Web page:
With the music industry adapting to changing tides, so too are the award shows which reward the year’s top releases.
And at the forefront of this shapeshifting is the Grammy Awards.
Heavily critiqued in recent years after seismic snubs, questionable wins, and a still raging gender debate, organisers for music’s biggest calendar night have announced changes – which amount to being some of the most profound in Grammy history.
Find out what they are below…
Effectively immediately (and thus reflective in nominations for the 2019 Grammys), all four of the top categories expands its pool of nominees from five to eight.
This impacts the following: Album Of The Year, Record Of The Year, Song Of The Year, and Best New Artist.
While the remaining 80 categories will stay capped at five, this is a major shift and undoubtedly one of the most historic to be implemented on the watch of the Grammys’ outgoing president Neil Portnow.
Explaining the change, he said:
“Throughout the year, we team up with music people across all genres and disciplines to consider revisions and subsequently make amendments to our rules and entry guidelines to ensure we’re keeping up with our ever-changing industry and meeting the needs of music creators. This creates more opportunities for a wider-range of recognition in these important categories and gives more flexibility to our voters when having to make the often challenging decisions about representing excellence and the best in music for the year. We look forward to celebrating all of our nominees when they are announced later this year.”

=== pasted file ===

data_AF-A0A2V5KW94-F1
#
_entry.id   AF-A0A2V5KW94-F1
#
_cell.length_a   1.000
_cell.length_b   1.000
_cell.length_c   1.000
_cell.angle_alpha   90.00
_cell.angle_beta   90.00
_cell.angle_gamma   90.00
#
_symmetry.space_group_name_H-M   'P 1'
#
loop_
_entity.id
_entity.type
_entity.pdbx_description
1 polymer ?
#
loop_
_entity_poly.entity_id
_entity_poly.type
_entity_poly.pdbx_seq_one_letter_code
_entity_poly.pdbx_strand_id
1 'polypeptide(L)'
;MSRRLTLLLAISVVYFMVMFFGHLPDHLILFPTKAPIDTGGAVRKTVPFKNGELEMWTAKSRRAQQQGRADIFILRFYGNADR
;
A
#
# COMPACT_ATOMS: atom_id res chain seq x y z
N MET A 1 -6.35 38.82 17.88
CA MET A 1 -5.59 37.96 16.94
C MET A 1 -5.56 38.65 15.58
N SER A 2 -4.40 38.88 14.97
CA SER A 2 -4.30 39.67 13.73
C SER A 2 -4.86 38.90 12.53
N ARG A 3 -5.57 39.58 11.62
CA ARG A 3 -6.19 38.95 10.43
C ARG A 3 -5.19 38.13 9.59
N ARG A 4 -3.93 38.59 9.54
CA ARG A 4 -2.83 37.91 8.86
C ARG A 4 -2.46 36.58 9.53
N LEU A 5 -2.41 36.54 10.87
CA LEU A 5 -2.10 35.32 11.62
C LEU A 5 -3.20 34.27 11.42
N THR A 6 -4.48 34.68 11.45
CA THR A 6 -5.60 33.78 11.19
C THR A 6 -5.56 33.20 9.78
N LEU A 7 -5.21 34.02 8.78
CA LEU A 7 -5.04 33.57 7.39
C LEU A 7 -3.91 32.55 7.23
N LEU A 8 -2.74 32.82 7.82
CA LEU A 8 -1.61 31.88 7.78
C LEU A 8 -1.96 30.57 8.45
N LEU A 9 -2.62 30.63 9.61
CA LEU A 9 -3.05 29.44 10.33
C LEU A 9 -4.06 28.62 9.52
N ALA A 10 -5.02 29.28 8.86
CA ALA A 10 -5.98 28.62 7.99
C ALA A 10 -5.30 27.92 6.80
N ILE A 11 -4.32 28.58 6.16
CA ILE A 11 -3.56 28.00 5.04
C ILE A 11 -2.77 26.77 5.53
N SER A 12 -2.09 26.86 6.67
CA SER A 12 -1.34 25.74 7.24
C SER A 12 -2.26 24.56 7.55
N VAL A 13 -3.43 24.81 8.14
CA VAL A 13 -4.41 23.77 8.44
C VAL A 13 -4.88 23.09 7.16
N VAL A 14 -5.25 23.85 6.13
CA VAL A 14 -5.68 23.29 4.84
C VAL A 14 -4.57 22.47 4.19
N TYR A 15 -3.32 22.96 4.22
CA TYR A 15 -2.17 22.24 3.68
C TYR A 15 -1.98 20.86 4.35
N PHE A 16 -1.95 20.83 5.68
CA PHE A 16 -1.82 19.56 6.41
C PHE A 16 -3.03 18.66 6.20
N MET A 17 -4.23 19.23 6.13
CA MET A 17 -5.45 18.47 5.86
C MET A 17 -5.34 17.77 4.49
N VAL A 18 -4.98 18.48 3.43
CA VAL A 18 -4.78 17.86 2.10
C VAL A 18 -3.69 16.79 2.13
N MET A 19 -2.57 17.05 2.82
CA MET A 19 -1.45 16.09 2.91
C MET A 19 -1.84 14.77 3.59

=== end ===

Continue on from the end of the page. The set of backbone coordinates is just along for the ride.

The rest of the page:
We’re here for it! This promotes variety, diversity, and adds a layer of excitement to forecasting winners (as the increase in options may see “surefire” votes split and thus make it more difficult to predict who’ll be taking home awards).
That said, the true test of the effectiveness of the changes will be in who ends up winning.
In recent times, it’s become routine to see the same ol’ Grammy darlings bag awards. So hopefully this is more than clever optics designed to be make the voting committee be “seen” to be more inclusive while rewarding the usual candidates. Fingers crossed this actually amounts to the major shake-up it looks like on paper.